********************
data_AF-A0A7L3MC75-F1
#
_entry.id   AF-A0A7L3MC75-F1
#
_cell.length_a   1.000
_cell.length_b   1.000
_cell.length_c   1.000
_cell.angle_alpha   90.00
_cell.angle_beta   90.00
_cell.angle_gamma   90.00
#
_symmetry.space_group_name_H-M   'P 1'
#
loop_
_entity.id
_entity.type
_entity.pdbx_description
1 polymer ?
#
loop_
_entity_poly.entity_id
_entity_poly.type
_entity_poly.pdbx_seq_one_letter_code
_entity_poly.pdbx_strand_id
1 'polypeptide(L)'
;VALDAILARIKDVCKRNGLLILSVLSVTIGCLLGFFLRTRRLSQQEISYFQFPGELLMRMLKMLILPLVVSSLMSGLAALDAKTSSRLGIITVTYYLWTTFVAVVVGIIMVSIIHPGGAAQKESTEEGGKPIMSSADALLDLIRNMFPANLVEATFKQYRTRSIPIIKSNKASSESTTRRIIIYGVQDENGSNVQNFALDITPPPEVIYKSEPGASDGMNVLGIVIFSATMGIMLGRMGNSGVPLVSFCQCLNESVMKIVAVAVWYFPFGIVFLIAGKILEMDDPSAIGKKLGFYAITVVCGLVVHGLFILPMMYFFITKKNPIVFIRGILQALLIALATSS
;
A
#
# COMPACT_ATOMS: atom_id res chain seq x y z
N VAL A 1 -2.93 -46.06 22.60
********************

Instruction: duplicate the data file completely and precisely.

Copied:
data_AF-A0A7L3MC75-F1
#
_entry.id   AF-A0A7L3MC75-F1
#
_cell.length_a   1.000
_cell.length_b   1.000
_cell.length_c   1.000
_cell.angle_alpha   90.00
_cell.angle_beta   90.00
_cell.angle_gamma   90.00
#
_symmetry.space_group_name_H-M   'P 1'
#
loop_
_entity.id
_entity.type
_entity.pdbx_description
1 polymer ?
#
loop_
_entity_poly.entity_id
_entity_poly.type
_entity_poly.pdbx_seq_one_letter_code
_entity_poly.pdbx_strand_id
1 'polypeptide(L)'
;VALDAILARIKDVCKRNGLLILSVLSVTIGCLLGFFLRTRRLSQQEISYFQFPGELLMRMLKMLILPLVVSSLMSGLAALDAKTSSRLGIITVTYYLWTTFVAVVVGIIMVSIIHPGGAAQKESTEEGGKPIMSSADALLDLIRNMFPANLVEATFKQYRTRSIPIIKSNKASSESTTRRIIIYGVQDENGSNVQNFALDITPPPEVIYKSEPGASDGMNVLGIVIFSATMGIMLGRMGNSGVPLVSFCQCLNESVMKIVAVAVWYFPFGIVFLIAGKILEMDDPSAIGKKLGFYAITVVCGLVVHGLFILPMMYFFITKKNPIVFIRGILQALLIALATSS
;
A
#
# COMPACT_ATOMS: atom_id res chain seq x y z
N VAL A 1 -2.93 -46.06 22.60